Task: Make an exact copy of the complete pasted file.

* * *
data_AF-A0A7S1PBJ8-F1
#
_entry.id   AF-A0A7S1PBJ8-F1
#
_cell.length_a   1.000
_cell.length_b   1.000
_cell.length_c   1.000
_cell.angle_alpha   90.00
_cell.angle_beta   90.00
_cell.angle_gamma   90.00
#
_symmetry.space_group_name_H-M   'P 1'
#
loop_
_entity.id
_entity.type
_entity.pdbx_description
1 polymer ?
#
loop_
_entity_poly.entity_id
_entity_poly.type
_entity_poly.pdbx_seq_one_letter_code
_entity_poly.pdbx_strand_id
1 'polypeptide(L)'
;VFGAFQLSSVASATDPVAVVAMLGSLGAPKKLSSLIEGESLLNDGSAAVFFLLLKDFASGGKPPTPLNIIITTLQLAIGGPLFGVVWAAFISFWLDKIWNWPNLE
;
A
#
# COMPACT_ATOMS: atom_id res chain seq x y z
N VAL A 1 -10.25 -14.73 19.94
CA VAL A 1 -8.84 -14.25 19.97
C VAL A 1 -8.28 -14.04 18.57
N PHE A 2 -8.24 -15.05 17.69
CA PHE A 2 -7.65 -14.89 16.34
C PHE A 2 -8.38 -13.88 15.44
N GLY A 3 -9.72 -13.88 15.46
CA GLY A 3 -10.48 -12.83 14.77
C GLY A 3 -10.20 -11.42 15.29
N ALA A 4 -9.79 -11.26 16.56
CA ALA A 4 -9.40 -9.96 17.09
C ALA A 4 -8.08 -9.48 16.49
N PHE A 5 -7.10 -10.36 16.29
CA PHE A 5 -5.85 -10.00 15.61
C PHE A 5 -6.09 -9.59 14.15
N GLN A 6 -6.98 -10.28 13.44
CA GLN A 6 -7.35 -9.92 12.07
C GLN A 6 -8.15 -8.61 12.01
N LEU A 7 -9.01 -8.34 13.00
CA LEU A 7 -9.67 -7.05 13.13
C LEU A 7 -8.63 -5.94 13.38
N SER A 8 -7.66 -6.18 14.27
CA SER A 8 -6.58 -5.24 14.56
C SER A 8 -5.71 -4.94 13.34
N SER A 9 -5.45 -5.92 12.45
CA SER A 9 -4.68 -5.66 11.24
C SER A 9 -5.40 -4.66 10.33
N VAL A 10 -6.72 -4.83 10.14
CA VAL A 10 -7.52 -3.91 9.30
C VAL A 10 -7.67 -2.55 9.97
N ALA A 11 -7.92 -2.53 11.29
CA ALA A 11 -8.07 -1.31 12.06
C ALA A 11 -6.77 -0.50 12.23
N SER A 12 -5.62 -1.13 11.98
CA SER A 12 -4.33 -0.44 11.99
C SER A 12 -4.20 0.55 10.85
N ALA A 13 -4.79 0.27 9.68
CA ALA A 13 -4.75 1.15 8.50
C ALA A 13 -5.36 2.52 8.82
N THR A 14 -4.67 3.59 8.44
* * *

data_AF-A0A7S1PBJ8-F1
#
_entry.id   AF-A0A7S1PBJ8-F1
#
_cell.length_a   1.000
_cell.length_b   1.000
_cell.length_c   1.000
_cell.angle_alpha   90.00
_cell.angle_beta   90.00
_cell.angle_gamma   90.00
#
_symmetry.space_group_name_H-M   'P 1'
#
loop_
_entity.id
_entity.type
_entity.pdbx_description
1 polymer ?
#
loop_
_entity_poly.entity_id
_entity_poly.type
_entity_poly.pdbx_seq_one_letter_code
_entity_poly.pdbx_strand_id
1 'polypeptide(L)'
;VFGAFQLSSVASATDPVAVVAMLGSLGAPKKLSSLIEGESLLNDGSAAVFFLLLKDFASGGKPPTPLNIIITTLQLAIGGPLFGVVWAAFISFWLDKIWNWPNLE
;
A
#
# COMPACT_ATOMS: atom_id res chain seq x y z
N VAL A 1 -10.25 -14.73 19.94
CA VAL A 1 -8.84 -14.25 19.97
C VAL A 1 -8.28 -14.04 18.57
N PHE A 2 -8.24 -15.05 17.69
CA PHE A 2 -7.65 -14.89 16.34
C PHE A 2 -8.38 -13.88 15.44
N GLY A 3 -9.72 -13.88 15.46
CA GLY A 3 -10.48 -12.83 14.77
C GLY A 3 -10.20 -11.42 15.29
N ALA A 4 -9.79 -11.26 16.56
CA ALA A 4 -9.40 -9.96 17.09
C ALA A 4 -8.08 -9.48 16.49
N PHE A 5 -7.10 -10.36 16.29
CA PHE A 5 -5.85 -10.00 15.61
C PHE A 5 -6.09 -9.59 14.15
N GLN A 6 -6.98 -10.28 13.44
CA GLN A 6 -7.35 -9.92 12.07
C GLN A 6 -8.15 -8.61 12.01
N LEU A 7 -9.01 -8.34 13.00
CA LEU A 7 -9.67 -7.05 13.13
C LEU A 7 -8.63 -5.94 13.38
N SER A 8 -7.66 -6.18 14.27
CA SER A 8 -6.58 -5.24 14.56
C SER A 8 -5.71 -4.94 13.34
N SER A 9 -5.45 -5.92 12.45
CA SER A 9 -4.68 -5.66 11.24
C SER A 9 -5.40 -4.66 10.33
N VAL A 10 -6.72 -4.83 10.14
CA VAL A 10 -7.52 -3.91 9.30
C VAL A 10 -7.67 -2.55 9.97
N ALA A 11 -7.92 -2.53 11.29
CA ALA A 11 -8.07 -1.31 12.06
C ALA A 11 -6.77 -0.50 12.23
N SER A 12 -5.62 -1.13 11.98
CA SER A 12 -4.33 -0.44 11.99
C SER A 12 -4.20 0.55 10.85
N ALA A 13 -4.79 0.27 9.68
CA ALA A 13 -4.75 1.15 8.50
C ALA A 13 -5.36 2.52 8.82
N THR A 14 -4.67 3.59 8.44